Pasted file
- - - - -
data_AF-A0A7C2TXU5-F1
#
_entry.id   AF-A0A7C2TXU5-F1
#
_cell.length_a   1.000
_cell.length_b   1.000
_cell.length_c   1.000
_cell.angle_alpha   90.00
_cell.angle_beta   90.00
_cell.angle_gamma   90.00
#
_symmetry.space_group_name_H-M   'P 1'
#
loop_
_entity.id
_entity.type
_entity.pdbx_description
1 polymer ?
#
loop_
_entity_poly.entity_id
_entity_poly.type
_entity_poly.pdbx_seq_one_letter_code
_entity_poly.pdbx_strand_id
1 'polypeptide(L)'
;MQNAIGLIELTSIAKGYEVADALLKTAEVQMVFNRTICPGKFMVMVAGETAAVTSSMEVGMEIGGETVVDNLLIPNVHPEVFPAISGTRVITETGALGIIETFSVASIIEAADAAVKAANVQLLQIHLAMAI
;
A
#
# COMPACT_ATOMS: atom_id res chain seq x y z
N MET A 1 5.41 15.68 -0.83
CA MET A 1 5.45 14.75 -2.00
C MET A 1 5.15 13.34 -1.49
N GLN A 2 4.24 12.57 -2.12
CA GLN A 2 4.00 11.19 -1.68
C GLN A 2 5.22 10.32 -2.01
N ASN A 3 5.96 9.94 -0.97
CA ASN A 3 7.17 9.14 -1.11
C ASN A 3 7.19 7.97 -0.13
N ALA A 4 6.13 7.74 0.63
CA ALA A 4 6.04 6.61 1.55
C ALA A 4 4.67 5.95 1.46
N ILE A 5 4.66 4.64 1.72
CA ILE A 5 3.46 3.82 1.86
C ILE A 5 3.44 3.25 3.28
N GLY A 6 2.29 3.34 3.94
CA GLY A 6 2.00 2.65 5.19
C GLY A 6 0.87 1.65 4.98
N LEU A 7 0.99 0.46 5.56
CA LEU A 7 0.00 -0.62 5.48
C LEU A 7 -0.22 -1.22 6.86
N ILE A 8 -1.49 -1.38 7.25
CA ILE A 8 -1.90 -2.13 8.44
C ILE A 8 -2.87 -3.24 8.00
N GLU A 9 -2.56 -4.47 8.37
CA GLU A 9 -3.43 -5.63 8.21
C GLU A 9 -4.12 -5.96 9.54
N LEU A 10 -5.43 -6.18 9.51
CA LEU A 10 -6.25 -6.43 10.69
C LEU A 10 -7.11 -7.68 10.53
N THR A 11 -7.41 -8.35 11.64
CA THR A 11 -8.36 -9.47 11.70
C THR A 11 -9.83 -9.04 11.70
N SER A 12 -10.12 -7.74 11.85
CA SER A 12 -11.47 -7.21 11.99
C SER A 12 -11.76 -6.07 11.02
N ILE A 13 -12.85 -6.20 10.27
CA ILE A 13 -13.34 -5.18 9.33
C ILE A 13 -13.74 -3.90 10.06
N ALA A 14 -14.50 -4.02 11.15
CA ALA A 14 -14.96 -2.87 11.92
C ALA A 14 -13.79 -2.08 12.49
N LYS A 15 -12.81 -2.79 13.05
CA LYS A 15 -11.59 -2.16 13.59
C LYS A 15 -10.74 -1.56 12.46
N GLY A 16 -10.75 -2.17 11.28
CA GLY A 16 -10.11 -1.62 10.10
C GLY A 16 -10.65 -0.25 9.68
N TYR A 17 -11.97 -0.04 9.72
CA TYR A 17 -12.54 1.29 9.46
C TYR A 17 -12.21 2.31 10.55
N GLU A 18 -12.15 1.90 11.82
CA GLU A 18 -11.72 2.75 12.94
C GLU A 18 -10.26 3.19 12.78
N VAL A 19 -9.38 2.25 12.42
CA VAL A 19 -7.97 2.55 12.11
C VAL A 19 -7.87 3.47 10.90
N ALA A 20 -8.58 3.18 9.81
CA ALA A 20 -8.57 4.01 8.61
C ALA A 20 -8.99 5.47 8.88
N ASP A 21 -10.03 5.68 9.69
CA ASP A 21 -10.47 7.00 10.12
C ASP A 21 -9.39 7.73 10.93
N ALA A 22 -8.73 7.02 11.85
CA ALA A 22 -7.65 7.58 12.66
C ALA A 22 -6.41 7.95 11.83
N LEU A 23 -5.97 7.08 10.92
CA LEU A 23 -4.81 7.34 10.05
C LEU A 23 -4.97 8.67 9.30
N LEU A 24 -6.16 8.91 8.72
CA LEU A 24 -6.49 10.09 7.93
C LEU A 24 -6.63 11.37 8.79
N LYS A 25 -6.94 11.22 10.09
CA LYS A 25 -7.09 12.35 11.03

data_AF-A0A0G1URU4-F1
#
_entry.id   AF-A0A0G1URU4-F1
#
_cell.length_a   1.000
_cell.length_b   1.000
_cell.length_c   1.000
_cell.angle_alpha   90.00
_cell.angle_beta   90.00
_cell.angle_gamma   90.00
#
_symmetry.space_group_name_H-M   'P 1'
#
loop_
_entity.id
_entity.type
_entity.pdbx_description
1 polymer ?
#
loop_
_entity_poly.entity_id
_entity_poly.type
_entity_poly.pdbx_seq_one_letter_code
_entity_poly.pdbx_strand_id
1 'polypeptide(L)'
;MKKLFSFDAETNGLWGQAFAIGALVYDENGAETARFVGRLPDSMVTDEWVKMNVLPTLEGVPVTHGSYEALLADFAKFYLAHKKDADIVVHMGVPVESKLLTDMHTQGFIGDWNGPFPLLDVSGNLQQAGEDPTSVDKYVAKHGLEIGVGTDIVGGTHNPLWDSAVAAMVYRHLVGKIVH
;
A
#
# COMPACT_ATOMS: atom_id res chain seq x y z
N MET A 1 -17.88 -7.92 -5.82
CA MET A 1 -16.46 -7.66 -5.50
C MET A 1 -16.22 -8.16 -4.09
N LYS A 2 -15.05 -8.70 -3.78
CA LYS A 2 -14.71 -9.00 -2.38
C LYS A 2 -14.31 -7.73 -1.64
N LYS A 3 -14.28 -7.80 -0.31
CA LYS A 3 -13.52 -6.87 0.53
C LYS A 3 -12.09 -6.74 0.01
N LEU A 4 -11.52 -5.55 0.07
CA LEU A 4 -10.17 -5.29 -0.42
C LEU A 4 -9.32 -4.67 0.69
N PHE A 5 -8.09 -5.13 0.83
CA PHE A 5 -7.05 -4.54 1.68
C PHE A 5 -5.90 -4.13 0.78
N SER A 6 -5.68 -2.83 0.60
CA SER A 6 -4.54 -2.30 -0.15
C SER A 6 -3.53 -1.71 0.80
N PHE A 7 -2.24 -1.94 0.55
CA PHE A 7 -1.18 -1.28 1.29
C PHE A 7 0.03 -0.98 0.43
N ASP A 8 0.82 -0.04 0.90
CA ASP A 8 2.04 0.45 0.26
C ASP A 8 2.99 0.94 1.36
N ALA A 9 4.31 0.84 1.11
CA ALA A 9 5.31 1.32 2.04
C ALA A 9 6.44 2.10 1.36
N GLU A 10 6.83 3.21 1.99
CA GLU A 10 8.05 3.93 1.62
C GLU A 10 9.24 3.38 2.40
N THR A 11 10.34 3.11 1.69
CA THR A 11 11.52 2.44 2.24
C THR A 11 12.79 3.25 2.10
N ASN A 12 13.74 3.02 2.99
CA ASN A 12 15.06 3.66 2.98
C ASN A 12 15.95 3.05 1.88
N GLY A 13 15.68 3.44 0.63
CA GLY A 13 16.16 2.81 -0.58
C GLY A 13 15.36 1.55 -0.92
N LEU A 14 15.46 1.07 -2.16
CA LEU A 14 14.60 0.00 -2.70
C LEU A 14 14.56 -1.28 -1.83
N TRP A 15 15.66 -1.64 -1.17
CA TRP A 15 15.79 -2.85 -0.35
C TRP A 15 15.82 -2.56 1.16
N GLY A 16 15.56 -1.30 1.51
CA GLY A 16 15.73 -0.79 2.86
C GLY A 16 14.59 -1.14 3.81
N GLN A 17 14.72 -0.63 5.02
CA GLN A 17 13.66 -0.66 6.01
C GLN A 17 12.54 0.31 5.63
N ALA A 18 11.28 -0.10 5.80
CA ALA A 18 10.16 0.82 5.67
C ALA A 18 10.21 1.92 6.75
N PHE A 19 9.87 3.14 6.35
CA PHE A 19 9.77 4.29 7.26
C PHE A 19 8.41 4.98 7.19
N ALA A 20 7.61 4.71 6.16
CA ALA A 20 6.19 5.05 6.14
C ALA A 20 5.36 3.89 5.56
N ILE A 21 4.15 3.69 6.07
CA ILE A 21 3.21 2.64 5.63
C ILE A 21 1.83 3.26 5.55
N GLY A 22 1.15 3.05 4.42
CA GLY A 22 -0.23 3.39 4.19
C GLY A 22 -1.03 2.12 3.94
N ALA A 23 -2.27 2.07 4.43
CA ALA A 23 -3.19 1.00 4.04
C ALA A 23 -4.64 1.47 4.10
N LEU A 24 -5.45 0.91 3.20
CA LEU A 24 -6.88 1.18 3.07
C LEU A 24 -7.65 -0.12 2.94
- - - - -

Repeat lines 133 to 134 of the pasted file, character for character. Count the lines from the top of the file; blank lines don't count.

#
# COMPACT_ATOMS: atom_id res chain seq x y z